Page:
The crucial factor is escaping the ad-Valorem/the % based charges which most payment card systems use, and moving to an ACH/Faster Payments level charge. One way to avoid chard costs is to use ACH based systems that charge per transaction.
The most popular payment scheme in the Netherlands is iDEAL which is an online payment method that enables consumers to pay online through their own bank, so the charge is an automated clearing house level charge, i.e. a fraction of the card ad-valorem charge.
iDEAL can also be used to pay on web sites. Other organisations that are not part of the e-commerce market also offer iDEAL. Plus iDEAL is increasingly used to pay energy bills, make donations to charities, buy mobile credits, pay local taxes, traffic fines, etc.
Recently IDEAL has been expanding their usage by adding new payment channels, e.g. iDEAL QR in which customers can pay with iDEAL via their smartphone using QR codes. Customers scan the QR code either with their mobile banking app (if the bank offers this option), the iDEAL app, a generic QR scanner or their iPhone camera. And then confirm the payment easily with their mobile banking code, fingerprint or face recognition.
Companies can display the QR code, for example, on a screen, poster, cash receipt, collection box or invoice. This opens up iDEAL payments in the catering industry, from a collection box, at-home delivery or from a paper invoice.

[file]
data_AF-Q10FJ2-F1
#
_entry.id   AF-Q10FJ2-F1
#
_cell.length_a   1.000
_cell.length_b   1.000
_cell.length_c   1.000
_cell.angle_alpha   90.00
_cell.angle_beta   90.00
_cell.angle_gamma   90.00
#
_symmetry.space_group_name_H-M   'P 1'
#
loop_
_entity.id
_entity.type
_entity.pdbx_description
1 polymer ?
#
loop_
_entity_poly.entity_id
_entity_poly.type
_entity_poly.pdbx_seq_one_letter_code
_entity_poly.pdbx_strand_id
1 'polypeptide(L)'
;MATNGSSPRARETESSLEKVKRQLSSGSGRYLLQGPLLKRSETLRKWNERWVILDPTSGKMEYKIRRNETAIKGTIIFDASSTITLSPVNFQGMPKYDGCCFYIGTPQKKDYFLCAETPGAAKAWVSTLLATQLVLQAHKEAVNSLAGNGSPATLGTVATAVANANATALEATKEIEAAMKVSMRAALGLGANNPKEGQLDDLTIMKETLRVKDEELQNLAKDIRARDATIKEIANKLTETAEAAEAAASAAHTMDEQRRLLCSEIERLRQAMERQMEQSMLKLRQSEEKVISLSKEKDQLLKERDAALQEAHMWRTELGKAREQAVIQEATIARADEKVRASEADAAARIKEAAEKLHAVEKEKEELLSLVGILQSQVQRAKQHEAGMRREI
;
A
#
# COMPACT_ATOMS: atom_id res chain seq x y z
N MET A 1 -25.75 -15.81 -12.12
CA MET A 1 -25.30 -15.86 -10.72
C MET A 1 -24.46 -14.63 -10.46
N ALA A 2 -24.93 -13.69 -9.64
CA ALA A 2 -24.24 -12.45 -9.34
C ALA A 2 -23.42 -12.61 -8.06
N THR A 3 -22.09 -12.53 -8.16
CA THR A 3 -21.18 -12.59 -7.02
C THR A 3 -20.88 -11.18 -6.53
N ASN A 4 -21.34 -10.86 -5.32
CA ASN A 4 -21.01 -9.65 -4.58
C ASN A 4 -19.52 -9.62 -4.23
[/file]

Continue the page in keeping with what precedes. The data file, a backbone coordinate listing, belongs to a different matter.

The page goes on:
Bring it all together with Unified Commerce
But getting your costs down is not enough, companies need to bring all their payment system usage together with their operations in what Adyen call Unified Commerce.
Adyen in their report quote Jon Weg. Previously Global Retail IT at Burberry and CIO of the Body Shop, who explains:
“Before the pandemic, there was still a tendency for retailers to manage their customers by channel. That’s changed forever. Customers demand a unified experience with digital playing at least one part in every purchase journey. Brands have to be able to recognise shoppers, provide the same high service levels, and apply appropriate pricing or discounts regardless of channel. Otherwise, the ever-more savvy customer will get frustrated and go elsewhere.”
Adyen’s figure explains how they believe companies need to move from Omnichannel siloed systems to Unified Commerce:
Source & Copyright©2020 – Adyen
Adyen research shows that consumers now expect a unified customer experience. 73% feel that brands should continue to sell across several channels. They also have high expectations of both online and in-store retail experiences. 72% said that an easy online experience is just as important as the quality of the product.
CTMfile take: Unified Commerce is clearly what consumers and SMEs (and probably large companies as well) want. The range of payment system options need to cover all the popular payment systems in each country. Then and only then you need to encourage the most cost-effective usage of the payment systems, as Booking.com’s Dan Marovitz explains here.